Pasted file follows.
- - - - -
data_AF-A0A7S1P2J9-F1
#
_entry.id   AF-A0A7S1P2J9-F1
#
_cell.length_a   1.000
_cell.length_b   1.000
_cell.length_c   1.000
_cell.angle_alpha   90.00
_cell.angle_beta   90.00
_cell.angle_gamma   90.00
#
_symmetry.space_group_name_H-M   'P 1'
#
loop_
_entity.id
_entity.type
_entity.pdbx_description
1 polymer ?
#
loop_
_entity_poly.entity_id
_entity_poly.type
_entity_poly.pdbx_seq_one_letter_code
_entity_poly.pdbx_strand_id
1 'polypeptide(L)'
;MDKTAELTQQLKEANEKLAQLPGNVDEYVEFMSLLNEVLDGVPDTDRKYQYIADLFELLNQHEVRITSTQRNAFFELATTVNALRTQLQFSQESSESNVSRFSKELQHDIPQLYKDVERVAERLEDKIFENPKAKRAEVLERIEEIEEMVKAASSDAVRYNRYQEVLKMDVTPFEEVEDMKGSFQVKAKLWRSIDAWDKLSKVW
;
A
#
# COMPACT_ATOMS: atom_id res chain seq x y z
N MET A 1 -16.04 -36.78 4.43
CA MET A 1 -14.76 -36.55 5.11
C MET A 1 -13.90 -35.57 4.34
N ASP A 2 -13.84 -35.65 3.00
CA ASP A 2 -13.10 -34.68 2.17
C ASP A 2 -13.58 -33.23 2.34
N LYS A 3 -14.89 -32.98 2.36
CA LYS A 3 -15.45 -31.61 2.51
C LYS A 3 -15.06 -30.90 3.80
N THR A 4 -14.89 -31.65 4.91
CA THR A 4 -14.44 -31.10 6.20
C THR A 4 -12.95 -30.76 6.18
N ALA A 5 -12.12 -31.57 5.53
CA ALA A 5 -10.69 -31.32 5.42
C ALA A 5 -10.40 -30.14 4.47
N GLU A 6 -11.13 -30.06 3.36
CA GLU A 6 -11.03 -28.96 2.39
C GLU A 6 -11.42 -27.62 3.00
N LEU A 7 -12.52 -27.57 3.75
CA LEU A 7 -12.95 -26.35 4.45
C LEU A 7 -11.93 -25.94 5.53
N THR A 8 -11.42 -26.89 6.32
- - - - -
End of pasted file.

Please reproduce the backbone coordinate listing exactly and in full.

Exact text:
data_AF-A0A7S1P2J9-F1
#
_entry.id   AF-A0A7S1P2J9-F1
#
_cell.length_a   1.000
_cell.length_b   1.000
_cell.length_c   1.000
_cell.angle_alpha   90.00
_cell.angle_beta   90.00
_cell.angle_gamma   90.00
#
_symmetry.space_group_name_H-M   'P 1'
#
loop_
_entity.id
_entity.type
_entity.pdbx_description
1 polymer ?
#
loop_
_entity_poly.entity_id
_entity_poly.type
_entity_poly.pdbx_seq_one_letter_code
_entity_poly.pdbx_strand_id
1 'polypeptide(L)'
;MDKTAELTQQLKEANEKLAQLPGNVDEYVEFMSLLNEVLDGVPDTDRKYQYIADLFELLNQHEVRITSTQRNAFFELATTVNALRTQLQFSQESSESNVSRFSKELQHDIPQLYKDVERVAERLEDKIFENPKAKRAEVLERIEEIEEMVKAASSDAVRYNRYQEVLKMDVTPFEEVEDMKGSFQVKAKLWRSIDAWDKLSKVW
;
A
#
# COMPACT_ATOMS: atom_id res chain seq x y z
N MET A 1 -16.04 -36.78 4.43
CA MET A 1 -14.76 -36.55 5.11
C MET A 1 -13.90 -35.57 4.34
N ASP A 2 -13.84 -35.65 3.00
CA ASP A 2 -13.10 -34.68 2.17
C ASP A 2 -13.58 -33.23 2.34
N LYS A 3 -14.89 -32.98 2.36
CA LYS A 3 -15.45 -31.61 2.51
C LYS A 3 -15.06 -30.90 3.80
N THR A 4 -14.89 -31.65 4.91
CA THR A 4 -14.44 -31.10 6.20
C THR A 4 -12.95 -30.76 6.18
N ALA A 5 -12.12 -31.57 5.53
CA ALA A 5 -10.69 -31.32 5.42
C ALA A 5 -10.40 -30.14 4.47
N GLU A 6 -11.13 -30.06 3.36
CA GLU A 6 -11.03 -28.96 2.39
C GLU A 6 -11.42 -27.62 3.00
N LEU A 7 -12.52 -27.57 3.75
CA LEU A 7 -12.95 -26.35 4.45
C LEU A 7 -11.93 -25.94 5.53
N THR A 8 -11.42 -26.89 6.32